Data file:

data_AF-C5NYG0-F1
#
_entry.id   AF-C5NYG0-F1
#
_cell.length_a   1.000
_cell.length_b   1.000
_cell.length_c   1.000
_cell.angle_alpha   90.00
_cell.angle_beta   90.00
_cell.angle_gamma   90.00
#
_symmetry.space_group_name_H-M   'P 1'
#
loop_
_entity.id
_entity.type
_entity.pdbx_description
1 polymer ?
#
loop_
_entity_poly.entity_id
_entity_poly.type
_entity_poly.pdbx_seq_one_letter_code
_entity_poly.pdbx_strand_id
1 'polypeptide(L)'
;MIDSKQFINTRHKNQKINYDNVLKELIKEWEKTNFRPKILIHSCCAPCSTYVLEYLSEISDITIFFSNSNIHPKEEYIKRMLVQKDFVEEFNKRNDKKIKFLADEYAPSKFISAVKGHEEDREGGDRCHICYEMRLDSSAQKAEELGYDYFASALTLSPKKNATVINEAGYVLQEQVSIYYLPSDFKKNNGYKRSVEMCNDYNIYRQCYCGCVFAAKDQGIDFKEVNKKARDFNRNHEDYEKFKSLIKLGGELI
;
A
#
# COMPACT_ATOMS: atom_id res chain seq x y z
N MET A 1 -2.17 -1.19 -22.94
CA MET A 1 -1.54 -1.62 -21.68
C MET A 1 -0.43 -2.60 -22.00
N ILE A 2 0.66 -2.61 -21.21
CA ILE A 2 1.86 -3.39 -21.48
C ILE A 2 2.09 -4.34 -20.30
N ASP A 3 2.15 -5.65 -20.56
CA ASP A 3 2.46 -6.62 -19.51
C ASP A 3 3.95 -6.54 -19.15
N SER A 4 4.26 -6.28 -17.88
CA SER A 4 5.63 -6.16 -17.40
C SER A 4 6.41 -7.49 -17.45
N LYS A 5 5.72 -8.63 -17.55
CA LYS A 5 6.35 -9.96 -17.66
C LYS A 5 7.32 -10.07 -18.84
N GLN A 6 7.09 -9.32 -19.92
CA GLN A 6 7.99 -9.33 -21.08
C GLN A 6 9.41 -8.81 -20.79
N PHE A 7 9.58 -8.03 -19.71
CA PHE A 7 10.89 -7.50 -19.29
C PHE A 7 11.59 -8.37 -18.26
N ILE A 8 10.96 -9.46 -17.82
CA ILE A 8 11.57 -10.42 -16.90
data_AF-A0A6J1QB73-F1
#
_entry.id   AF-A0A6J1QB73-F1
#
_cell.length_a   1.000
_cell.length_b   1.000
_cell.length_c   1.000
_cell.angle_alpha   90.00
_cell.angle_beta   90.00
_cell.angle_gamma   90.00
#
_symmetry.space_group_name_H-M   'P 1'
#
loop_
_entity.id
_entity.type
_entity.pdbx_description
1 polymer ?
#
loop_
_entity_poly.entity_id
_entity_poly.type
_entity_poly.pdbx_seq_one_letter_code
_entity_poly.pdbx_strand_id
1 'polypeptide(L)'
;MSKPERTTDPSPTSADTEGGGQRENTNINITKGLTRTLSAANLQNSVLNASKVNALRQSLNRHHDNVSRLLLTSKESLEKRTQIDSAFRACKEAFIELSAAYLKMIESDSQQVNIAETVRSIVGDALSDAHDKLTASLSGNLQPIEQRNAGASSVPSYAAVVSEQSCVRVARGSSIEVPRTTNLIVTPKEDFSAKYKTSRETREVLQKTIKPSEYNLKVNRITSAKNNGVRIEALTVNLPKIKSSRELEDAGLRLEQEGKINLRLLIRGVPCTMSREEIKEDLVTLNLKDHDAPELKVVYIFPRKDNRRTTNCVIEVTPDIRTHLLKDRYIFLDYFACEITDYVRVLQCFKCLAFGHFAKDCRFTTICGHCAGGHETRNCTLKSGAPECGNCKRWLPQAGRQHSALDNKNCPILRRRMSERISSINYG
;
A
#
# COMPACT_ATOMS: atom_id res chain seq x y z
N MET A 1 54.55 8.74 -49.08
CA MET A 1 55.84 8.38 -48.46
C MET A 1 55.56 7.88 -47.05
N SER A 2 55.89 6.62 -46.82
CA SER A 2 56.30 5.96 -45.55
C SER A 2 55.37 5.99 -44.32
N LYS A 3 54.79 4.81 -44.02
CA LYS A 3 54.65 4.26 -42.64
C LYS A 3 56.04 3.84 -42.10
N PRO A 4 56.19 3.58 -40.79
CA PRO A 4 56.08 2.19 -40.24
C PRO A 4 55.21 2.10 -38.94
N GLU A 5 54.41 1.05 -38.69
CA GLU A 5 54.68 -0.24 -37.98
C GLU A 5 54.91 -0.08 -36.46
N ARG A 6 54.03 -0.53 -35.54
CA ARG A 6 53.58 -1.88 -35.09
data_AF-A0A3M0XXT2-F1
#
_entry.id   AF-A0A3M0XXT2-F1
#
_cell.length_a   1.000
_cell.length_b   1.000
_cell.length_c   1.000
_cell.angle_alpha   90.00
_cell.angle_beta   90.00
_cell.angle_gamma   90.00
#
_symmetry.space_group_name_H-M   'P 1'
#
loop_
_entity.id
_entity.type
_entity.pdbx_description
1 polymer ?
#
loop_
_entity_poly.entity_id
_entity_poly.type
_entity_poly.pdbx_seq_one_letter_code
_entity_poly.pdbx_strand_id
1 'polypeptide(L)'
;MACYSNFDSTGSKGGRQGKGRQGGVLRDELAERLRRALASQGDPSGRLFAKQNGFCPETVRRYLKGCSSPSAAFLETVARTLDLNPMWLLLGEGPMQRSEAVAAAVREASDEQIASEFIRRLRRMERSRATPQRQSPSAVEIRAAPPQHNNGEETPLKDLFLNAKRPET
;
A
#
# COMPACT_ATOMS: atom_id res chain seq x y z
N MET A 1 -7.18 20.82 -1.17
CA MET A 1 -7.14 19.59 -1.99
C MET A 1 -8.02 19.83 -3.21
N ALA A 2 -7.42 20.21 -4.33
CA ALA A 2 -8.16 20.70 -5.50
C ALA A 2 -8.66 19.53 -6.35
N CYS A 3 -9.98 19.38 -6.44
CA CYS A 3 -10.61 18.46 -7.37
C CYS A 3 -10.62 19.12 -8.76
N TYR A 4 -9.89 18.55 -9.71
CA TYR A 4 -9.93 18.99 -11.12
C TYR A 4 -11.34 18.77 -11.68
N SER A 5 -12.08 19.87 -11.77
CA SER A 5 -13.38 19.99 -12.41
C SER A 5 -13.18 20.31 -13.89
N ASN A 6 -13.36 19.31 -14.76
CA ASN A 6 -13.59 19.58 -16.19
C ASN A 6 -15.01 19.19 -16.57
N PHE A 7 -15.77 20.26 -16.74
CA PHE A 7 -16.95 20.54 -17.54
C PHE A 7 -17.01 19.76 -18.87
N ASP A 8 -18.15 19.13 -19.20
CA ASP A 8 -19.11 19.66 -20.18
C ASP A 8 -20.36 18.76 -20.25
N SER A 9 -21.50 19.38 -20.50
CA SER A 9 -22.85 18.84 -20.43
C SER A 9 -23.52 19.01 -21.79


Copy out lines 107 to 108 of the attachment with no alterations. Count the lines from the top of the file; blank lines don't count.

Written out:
_cell.length_c   1.000
_cell.angle_alpha   90.00